Ethiopian Energy^Power Business Portal

(reuters/Maina Waruru, 20 April 2018)

In February, Kenyans awoke to news that has become an annual ritual: Authorities were considering temporarily shutting down hydropower dams, the country’s largest source of electricity. The reason was the one given each dry season for the last four years – too long without rain had left too little water in reservoirs to turn the turbines and generate power. Kenya Power Ltd., the national electricity utility, has so far always managed to avoid a full shutdown, instead turning off just a few turbines at a time. But to make up the gap it has turned to more expensive – and polluting – diesel generators to keep the country plugged in.

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(By Luther-Jones Natasha/Daily Monitor, 26 March 2018)

In Summary

  • Regional attention . Discussing solutions. Recently at the East Africa Energy and Infrastructure Summit that took place in Kampala, PPAs, and potential off-grid solutions, took centre stage, attracting delegates from international equity investors and debt providers, leading international utility and regulatory companies, as well as a variety of African organisations from Uganda, Kenya, Tanzania, Rwanda and Ethiopia.
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In an electricity world that sees variable renewables at the centre stage, market players and policy makers cannot overlook the need for flexibility, a game where storage technologies are expected to play a key role.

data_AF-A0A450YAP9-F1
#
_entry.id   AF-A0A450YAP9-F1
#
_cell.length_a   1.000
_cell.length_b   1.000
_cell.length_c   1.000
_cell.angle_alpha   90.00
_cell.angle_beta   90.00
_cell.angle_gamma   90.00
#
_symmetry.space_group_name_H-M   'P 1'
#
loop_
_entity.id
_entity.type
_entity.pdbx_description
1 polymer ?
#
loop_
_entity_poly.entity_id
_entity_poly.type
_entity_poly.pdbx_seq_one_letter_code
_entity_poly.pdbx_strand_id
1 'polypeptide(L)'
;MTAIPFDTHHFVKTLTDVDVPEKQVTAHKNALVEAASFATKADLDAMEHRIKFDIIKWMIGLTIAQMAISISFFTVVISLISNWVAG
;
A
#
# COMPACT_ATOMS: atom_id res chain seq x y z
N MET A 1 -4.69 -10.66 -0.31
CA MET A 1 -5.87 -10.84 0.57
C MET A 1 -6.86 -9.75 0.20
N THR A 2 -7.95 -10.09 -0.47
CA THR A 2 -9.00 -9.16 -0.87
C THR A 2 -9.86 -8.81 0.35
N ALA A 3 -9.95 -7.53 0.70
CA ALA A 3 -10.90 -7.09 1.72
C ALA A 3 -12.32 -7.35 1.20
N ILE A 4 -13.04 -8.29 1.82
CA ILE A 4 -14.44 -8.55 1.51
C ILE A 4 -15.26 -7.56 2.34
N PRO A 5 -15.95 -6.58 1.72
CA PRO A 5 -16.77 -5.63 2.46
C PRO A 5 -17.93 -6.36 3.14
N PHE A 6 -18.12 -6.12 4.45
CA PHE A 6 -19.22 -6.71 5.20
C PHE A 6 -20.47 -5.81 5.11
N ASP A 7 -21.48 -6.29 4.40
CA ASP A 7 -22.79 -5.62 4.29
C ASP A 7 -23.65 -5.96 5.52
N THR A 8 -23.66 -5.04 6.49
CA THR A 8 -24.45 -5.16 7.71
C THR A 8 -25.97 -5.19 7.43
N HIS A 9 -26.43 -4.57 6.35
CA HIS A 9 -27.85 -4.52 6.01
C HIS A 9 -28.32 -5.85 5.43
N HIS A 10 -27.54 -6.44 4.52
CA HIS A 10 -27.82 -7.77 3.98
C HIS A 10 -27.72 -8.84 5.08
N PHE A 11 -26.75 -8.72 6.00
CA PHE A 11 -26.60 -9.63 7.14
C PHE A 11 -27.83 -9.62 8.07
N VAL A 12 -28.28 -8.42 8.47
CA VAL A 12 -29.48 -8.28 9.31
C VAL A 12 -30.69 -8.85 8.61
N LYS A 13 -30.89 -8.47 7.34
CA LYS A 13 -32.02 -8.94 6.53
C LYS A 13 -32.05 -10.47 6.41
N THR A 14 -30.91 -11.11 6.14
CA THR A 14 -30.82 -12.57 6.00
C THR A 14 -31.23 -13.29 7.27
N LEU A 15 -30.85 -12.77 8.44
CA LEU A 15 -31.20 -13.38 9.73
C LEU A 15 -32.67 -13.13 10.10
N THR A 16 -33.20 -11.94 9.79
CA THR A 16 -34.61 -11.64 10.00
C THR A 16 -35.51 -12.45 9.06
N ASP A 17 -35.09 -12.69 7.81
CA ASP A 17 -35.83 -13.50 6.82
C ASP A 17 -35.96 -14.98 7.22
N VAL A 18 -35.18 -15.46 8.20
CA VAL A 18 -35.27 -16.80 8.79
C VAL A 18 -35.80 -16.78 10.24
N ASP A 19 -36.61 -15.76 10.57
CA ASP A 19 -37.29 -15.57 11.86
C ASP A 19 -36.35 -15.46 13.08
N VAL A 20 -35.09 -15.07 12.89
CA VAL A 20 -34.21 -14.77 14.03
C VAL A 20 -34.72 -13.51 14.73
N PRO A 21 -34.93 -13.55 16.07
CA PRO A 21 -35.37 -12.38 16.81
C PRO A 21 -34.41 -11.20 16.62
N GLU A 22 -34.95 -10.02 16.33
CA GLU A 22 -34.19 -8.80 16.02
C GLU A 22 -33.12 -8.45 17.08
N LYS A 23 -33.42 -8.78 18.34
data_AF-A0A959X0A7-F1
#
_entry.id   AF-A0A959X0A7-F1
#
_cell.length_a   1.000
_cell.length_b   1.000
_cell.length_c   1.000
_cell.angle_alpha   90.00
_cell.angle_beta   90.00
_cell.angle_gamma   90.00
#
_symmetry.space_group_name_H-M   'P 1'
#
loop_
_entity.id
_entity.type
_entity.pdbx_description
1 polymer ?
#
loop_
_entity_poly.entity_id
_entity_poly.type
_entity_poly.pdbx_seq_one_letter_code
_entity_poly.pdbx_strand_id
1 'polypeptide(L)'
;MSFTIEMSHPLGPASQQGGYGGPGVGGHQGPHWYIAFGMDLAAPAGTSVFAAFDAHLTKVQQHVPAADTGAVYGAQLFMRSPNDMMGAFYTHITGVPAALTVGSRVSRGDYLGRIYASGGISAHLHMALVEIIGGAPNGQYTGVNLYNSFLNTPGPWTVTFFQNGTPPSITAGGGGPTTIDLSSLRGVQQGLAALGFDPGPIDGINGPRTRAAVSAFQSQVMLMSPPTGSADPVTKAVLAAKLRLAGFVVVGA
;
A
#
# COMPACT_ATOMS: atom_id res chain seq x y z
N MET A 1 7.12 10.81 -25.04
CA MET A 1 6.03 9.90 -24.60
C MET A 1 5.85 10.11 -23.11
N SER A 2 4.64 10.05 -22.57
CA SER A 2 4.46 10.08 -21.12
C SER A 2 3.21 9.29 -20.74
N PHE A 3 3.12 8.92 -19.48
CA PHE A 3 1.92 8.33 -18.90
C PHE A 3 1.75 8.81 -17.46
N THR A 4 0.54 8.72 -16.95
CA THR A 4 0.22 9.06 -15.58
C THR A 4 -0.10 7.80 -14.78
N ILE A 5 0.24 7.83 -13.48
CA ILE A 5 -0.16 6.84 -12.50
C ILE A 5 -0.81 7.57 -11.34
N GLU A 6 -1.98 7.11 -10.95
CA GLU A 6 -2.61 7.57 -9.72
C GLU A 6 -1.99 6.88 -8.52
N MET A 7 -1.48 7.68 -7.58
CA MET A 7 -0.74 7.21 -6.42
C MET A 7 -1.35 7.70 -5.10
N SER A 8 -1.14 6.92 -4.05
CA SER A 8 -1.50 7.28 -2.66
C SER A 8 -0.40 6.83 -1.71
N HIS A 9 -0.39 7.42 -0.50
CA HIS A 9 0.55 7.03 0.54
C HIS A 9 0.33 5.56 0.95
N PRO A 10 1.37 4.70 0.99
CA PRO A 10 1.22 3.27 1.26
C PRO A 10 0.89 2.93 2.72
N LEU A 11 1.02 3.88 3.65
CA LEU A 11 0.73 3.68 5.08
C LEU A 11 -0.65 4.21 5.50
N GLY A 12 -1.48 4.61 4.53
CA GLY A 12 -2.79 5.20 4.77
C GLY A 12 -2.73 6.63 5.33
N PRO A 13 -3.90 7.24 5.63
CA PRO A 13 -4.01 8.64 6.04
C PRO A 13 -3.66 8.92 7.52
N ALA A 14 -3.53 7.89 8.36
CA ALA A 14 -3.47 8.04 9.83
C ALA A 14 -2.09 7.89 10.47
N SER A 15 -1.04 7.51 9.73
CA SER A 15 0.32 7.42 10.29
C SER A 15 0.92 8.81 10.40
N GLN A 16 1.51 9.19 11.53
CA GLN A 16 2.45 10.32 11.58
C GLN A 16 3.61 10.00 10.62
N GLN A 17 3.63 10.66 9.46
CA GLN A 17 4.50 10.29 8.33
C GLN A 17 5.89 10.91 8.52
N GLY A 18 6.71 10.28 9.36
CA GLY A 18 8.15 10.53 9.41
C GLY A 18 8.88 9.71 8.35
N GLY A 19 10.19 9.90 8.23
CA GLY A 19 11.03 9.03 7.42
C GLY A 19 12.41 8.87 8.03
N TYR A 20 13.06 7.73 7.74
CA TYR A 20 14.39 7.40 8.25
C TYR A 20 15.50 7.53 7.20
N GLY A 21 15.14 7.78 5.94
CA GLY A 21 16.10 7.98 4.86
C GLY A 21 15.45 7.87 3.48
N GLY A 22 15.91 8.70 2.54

The strong expansion of variable renewables, which are projected to make up more than half of global capacity additions to 2040 in the IEA’s New Policies Scenario (NPS), has major implications for electricity, first among them is the need for increased flexibility. Globally, electricity demand is projected to grow by over 20% over the next decade, but flexibility – the ability of the power system to quickly adapt to changes in power supply and demand – grows by some 80%. Flexibility will therefore be the cornerstone of future electricity systems. It will be met not only by traditional sources of flexibility – such as conventional power plants and electricity grids – but also by new sources of flexibility, including battery storage and demand-side response, which are projected to grow fast and contribute 400 GW by 2040.

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Only partly. It is true that the use of competitive auctions has accelerated cost reductions for some renewable technologies, notably solar PV, onshore wind and offshore wind, establishing price benchmarks that are recognised worldwide. However, these prices cannot be consistently followed, as each country and technology has different resource potentials, financing conditions and auction designs.

That said, overall trends show that recent bid prices for onshore wind and solar PV technologies for projects to be commissioned by 2023 range from USD 20 per megawatt hour (MWh) to USD 50/MWh. This corresponds to a 45-50% reduction in contract price for both technologies from 2017 to 2022/23; for offshore wind, the decline is almost two-thirds.

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